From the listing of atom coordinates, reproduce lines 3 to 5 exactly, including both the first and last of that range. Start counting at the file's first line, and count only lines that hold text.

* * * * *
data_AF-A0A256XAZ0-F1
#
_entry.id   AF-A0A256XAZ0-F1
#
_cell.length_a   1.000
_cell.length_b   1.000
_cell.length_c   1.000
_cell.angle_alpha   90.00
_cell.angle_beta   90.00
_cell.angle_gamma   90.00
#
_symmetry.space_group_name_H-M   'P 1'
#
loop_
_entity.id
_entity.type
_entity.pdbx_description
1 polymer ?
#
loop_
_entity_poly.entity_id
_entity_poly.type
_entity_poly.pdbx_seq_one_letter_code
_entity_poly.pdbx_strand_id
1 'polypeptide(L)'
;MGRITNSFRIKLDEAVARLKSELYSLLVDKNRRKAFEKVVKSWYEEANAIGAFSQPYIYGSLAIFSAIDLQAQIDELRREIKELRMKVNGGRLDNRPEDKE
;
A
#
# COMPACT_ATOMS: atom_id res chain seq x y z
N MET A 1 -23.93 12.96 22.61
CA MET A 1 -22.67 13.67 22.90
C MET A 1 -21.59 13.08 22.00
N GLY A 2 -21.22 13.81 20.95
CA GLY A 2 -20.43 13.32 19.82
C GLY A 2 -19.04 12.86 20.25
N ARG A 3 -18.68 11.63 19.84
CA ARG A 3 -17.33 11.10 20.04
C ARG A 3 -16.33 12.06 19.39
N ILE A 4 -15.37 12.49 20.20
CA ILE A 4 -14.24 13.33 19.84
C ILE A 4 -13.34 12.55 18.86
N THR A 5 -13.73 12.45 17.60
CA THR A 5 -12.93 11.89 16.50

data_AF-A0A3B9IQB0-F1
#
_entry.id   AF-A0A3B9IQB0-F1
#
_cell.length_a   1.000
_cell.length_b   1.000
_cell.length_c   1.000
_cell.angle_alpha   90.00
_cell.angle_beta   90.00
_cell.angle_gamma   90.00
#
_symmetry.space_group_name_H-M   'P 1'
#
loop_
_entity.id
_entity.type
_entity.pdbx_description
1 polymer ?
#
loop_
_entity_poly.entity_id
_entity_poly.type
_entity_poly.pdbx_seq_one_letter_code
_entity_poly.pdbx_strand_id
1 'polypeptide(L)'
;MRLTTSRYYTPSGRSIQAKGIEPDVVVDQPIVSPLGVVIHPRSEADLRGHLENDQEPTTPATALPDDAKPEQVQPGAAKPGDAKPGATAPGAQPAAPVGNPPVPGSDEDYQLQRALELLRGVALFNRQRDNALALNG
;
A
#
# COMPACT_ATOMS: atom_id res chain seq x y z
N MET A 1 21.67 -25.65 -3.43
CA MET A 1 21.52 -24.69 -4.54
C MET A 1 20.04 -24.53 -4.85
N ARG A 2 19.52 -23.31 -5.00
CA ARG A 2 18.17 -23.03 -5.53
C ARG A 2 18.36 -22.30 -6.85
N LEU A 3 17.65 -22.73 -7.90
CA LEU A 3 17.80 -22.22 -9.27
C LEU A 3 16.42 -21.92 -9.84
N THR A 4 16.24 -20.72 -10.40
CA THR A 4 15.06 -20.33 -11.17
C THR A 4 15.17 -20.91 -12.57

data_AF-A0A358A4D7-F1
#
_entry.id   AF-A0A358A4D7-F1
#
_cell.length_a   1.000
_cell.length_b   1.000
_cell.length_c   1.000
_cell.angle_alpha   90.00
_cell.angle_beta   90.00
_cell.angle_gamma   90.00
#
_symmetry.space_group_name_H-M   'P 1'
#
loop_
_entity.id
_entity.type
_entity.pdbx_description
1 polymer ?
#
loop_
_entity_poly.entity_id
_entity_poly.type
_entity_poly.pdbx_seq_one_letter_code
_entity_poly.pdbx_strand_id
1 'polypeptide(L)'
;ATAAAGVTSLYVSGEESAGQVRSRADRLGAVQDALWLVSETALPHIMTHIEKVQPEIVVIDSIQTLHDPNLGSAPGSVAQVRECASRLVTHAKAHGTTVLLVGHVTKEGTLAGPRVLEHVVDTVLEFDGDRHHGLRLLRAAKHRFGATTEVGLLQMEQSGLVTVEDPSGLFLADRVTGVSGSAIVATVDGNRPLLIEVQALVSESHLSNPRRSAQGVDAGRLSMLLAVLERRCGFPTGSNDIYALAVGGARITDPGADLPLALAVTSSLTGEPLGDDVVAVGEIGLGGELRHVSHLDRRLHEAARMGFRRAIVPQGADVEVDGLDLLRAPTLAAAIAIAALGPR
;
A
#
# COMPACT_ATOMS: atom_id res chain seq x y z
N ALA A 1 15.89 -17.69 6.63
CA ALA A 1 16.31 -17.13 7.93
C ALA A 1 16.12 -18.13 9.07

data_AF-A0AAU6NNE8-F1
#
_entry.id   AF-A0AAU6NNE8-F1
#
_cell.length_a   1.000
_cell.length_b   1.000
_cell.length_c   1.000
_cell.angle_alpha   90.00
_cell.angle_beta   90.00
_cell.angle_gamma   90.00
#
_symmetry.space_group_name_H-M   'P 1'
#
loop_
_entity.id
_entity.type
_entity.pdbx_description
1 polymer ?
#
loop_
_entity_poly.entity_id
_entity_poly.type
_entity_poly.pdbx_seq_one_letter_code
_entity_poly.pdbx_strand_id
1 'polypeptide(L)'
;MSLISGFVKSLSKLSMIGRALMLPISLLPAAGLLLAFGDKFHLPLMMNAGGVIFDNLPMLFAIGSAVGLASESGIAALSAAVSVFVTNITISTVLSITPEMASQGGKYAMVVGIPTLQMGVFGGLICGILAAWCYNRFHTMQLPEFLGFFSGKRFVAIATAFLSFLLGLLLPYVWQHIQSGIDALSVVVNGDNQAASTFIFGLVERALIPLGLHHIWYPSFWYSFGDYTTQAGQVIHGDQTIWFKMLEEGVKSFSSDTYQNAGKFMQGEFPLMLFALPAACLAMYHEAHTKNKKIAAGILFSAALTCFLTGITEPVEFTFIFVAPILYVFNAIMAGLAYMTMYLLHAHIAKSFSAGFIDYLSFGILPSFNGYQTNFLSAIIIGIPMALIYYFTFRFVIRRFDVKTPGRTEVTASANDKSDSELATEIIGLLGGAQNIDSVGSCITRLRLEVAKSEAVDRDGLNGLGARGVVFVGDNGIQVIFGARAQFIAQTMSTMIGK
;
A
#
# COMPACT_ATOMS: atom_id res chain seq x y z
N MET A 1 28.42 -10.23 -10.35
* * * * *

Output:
_entry.id   AF-A0A256XAZ0-F1
#
_cell.length_a   1.000